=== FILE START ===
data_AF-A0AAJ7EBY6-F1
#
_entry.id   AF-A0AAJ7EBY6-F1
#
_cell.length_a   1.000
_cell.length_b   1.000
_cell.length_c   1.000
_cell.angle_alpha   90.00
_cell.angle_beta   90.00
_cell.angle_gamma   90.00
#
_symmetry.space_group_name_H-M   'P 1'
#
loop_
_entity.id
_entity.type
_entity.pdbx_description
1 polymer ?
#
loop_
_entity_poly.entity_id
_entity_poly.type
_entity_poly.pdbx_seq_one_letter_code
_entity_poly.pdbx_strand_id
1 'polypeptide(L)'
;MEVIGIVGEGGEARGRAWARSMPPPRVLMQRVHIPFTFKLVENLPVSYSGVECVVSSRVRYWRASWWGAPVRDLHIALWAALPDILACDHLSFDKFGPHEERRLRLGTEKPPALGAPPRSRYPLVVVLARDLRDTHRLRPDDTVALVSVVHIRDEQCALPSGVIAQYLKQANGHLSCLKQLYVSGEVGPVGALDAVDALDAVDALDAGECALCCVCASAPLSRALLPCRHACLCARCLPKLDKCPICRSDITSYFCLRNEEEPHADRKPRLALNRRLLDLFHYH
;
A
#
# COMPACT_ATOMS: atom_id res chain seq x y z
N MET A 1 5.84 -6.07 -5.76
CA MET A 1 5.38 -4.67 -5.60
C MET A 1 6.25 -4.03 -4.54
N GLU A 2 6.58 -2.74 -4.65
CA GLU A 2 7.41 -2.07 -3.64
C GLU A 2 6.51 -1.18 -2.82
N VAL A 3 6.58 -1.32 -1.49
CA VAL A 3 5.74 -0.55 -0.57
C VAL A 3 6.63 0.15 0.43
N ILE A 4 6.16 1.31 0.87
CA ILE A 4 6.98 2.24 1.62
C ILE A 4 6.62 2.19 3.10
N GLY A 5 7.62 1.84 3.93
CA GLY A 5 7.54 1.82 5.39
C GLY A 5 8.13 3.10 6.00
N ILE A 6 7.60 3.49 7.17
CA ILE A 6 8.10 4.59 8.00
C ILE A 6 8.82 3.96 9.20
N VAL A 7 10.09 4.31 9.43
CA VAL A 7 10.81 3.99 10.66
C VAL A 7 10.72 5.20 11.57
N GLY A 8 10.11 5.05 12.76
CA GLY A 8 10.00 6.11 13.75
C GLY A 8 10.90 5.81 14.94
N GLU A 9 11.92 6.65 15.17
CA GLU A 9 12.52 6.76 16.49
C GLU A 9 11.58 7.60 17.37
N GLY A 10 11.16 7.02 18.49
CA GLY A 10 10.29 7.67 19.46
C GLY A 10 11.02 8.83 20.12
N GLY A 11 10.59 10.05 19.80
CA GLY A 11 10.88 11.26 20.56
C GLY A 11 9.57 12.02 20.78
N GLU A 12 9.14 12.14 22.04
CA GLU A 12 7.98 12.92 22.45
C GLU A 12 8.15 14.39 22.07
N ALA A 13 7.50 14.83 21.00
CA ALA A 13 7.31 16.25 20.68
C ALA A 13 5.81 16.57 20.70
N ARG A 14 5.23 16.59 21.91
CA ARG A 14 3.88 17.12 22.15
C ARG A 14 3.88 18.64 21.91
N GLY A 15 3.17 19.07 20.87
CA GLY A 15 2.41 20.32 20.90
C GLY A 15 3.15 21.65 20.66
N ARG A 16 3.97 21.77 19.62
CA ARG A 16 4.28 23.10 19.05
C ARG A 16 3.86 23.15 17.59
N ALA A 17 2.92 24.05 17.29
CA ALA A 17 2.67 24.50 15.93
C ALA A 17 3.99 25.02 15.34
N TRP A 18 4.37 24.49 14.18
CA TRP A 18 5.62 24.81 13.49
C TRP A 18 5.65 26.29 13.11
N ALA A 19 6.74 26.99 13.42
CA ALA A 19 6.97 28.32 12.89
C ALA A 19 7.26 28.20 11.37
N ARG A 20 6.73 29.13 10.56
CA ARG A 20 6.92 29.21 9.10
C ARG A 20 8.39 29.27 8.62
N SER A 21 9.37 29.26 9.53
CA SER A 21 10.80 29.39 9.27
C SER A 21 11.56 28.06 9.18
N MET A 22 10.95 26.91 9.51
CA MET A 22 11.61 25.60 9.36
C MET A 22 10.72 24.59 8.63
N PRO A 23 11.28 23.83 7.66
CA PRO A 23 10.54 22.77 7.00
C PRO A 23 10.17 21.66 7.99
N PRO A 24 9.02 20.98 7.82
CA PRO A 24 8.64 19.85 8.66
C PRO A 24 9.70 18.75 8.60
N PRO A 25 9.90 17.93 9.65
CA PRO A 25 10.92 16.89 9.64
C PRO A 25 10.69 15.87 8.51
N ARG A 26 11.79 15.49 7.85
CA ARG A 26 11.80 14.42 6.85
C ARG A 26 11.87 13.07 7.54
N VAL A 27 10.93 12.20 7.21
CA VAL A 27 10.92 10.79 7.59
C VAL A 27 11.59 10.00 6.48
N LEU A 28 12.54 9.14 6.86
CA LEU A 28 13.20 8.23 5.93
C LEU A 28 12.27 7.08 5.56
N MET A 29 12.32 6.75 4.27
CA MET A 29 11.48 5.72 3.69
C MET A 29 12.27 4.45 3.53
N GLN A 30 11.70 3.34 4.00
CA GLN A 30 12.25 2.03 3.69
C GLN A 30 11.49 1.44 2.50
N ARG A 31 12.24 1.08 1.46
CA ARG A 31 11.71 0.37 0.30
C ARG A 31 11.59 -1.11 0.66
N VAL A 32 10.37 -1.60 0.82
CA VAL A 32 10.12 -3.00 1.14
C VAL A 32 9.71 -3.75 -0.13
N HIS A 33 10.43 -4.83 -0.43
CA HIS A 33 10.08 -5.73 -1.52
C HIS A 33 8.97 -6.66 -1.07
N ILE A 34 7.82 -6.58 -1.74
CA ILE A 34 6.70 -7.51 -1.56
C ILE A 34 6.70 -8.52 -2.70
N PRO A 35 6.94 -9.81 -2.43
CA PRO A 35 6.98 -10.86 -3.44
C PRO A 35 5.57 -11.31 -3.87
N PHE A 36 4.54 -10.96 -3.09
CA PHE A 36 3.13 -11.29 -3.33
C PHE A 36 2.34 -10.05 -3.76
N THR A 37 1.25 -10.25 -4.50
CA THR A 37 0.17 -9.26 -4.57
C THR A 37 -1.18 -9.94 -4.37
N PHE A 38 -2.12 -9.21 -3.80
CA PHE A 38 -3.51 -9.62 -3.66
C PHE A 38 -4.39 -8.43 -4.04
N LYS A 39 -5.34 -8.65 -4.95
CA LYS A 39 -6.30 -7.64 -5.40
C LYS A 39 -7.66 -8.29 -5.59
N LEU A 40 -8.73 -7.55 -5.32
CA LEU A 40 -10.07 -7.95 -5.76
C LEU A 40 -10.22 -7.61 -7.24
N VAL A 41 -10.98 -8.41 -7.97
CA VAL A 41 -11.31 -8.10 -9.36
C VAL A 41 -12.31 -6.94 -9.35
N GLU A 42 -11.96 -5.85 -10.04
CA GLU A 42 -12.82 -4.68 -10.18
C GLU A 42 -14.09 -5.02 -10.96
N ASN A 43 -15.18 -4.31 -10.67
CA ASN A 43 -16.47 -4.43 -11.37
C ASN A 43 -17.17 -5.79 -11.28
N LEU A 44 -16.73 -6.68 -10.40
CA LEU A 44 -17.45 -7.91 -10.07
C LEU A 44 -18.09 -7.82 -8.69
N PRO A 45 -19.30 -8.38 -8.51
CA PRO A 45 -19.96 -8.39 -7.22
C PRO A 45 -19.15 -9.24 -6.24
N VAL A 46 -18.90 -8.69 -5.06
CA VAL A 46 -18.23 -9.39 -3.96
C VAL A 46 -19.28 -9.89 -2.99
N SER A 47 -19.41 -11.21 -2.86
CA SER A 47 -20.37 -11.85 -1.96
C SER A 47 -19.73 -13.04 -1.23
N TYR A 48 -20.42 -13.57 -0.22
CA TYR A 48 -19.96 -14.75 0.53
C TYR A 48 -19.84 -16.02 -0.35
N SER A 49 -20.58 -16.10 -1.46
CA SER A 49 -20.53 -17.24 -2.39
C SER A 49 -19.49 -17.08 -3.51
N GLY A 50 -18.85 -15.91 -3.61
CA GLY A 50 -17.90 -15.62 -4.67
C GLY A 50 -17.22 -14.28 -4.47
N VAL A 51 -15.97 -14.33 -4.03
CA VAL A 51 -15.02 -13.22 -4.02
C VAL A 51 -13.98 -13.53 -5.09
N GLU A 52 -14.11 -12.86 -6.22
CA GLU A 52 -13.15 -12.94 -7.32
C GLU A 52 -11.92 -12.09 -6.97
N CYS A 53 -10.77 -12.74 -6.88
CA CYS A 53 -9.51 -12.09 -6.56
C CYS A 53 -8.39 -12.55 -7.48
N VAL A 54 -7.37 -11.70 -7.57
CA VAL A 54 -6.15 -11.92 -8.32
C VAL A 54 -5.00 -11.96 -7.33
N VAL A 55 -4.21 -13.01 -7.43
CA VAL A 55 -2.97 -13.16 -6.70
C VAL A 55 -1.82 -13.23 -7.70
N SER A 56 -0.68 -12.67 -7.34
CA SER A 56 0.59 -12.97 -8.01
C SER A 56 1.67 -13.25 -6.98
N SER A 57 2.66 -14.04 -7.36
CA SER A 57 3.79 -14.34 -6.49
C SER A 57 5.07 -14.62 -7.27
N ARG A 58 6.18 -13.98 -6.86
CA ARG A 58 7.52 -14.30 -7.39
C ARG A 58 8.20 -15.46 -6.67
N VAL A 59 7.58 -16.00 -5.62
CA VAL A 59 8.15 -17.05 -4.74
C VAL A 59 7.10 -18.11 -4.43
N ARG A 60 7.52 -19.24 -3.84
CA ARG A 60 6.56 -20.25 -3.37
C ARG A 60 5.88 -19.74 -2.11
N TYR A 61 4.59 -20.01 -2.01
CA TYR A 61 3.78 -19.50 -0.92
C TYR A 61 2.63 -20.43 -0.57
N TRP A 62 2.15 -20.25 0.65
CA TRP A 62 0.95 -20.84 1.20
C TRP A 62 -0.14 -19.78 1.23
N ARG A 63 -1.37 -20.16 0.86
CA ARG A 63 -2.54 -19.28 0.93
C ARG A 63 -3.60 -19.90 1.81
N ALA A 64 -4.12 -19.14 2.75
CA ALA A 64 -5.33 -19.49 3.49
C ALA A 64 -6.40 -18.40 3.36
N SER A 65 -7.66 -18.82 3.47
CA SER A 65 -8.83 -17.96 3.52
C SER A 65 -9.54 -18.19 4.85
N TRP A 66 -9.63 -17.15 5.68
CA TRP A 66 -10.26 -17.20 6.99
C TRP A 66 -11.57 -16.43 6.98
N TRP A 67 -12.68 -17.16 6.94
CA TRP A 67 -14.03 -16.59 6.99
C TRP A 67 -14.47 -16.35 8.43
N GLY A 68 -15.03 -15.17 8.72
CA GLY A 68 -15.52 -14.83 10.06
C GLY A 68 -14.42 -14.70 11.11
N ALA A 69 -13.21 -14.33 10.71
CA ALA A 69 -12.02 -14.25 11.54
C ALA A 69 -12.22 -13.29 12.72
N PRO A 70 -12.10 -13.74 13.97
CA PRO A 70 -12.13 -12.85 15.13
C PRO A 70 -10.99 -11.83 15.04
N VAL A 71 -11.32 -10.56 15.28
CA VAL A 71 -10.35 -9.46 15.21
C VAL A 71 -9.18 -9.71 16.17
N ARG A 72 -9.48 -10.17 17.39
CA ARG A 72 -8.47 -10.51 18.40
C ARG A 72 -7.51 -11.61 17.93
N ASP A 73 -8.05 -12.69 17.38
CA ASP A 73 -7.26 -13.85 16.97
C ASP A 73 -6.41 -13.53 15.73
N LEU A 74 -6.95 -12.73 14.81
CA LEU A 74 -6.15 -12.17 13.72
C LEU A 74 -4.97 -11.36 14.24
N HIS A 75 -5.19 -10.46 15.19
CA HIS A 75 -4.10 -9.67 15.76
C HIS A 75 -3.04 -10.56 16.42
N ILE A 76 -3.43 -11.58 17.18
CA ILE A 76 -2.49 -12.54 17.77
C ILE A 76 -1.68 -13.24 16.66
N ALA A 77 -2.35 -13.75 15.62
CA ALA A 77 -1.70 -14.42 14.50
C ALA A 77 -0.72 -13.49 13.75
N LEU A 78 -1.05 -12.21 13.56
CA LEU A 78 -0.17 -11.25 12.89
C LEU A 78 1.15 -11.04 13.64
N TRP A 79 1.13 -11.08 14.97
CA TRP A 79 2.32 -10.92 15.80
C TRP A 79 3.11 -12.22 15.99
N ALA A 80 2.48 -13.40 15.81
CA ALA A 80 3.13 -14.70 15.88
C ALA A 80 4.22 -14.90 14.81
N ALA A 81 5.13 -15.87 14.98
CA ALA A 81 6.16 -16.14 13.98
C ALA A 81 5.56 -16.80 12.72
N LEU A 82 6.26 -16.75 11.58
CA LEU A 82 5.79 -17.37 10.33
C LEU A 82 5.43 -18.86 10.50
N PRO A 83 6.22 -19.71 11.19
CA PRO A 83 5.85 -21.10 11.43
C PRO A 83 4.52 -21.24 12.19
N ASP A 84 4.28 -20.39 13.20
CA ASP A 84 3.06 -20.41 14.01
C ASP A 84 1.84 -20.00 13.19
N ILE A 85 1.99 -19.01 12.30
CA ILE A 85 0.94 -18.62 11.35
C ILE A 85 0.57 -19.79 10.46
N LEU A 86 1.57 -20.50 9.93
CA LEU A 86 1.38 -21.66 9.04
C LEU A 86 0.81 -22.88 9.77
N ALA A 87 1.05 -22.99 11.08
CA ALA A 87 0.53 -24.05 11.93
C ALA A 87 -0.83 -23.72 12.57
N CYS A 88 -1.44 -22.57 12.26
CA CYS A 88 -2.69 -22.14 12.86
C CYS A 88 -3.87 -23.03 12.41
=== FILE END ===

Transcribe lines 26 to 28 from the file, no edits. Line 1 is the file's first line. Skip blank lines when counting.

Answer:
;MEVIGIVGEGGEARGRAWARSMPPPRVLMQRVHIPFTFKLVENLPVSYSGVECVVSSRVRYWRASWWGAPVRDLHIALWAALPDILACDHLSFDKFGPHEERRLRLGTEKPPALGAPPRSRYPLVVVLARDLRDTHRLRPDDTVALVSVVHIRDEQCALPSGVIAQYLKQANGHLSCLKQLYVSGEVGPVGALDAVDALDAVDALDAGECALCCVCASAPLSRALLPCRHACLCARCLPKLDKCPICRSDITSYFCLRNEEEPHADRKPRLALNRRLLDLFHYH
;
A